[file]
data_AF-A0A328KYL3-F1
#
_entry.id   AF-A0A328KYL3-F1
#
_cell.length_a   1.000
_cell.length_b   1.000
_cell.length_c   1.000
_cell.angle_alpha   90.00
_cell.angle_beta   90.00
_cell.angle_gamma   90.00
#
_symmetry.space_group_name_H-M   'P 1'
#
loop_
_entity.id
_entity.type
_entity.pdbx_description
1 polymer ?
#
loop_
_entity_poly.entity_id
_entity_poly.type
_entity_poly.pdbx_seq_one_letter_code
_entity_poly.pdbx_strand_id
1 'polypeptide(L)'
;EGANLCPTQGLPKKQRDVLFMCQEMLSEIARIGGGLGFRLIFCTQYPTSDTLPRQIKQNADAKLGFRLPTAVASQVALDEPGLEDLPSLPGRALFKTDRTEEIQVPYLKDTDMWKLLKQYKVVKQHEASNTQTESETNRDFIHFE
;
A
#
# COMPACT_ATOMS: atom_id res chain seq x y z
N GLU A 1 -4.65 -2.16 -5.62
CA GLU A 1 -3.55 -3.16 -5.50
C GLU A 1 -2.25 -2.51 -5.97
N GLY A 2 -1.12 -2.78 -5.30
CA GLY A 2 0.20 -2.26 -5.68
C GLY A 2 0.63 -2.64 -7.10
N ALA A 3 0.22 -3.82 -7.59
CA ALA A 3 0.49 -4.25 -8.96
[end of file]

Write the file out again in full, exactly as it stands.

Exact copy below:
data_AF-A0A328KYL3-F1
#
_entry.id   AF-A0A328KYL3-F1
#
_cell.length_a   1.000
_cell.length_b   1.000
_cell.length_c   1.000
_cell.angle_alpha   90.00
_cell.angle_beta   90.00
_cell.angle_gamma   90.00
#
_symmetry.space_group_name_H-M   'P 1'
#
loop_
_entity.id
_entity.type
_entity.pdbx_description
1 polymer ?
#
loop_
_entity_poly.entity_id
_entity_poly.type
_entity_poly.pdbx_seq_one_letter_code
_entity_poly.pdbx_strand_id
1 'polypeptide(L)'
;EGANLCPTQGLPKKQRDVLFMCQEMLSEIARIGGGLGFRLIFCTQYPTSDTLPRQIKQNADAKLGFRLPTAVASQVALDEPGLEDLPSLPGRALFKTDRTEEIQVPYLKDTDMWKLLKQYKVVKQHEASNTQTESETNRDFIHFE
;
A
#
# COMPACT_ATOMS: atom_id res chain seq x y z
N GLU A 1 -4.65 -2.16 -5.62
CA GLU A 1 -3.55 -3.16 -5.50
C GLU A 1 -2.25 -2.51 -5.97
N GLY A 2 -1.12 -2.78 -5.30
CA GLY A 2 0.20 -2.26 -5.68
C GLY A 2 0.63 -2.64 -7.10
N ALA A 3 0.22 -3.82 -7.59
CA ALA A 3 0.49 -4.25 -8.96